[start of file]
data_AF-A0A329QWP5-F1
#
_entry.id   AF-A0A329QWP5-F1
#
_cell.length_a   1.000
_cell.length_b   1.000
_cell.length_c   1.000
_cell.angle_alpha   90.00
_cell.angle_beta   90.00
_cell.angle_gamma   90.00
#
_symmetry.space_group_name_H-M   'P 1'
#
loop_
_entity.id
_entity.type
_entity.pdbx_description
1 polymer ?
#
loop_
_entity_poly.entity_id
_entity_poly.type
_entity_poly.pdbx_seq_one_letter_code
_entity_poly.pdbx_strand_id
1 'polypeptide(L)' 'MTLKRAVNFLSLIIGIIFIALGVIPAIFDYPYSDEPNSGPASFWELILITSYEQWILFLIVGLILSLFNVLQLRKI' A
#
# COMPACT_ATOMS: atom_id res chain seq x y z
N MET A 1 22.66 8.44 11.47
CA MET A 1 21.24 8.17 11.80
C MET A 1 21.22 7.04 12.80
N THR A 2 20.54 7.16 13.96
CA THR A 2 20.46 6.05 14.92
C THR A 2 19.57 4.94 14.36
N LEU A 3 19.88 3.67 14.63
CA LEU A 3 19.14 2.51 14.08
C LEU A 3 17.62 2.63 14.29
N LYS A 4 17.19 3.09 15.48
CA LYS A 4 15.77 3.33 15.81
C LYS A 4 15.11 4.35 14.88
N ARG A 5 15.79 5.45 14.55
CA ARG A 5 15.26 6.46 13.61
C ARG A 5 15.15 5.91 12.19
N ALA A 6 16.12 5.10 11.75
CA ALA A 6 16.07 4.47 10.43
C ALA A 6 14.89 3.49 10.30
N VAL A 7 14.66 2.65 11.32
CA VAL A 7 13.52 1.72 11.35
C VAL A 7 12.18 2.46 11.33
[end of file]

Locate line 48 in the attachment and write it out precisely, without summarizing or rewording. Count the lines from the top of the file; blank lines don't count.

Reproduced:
C VAL A 7 12.18 2.46 11.33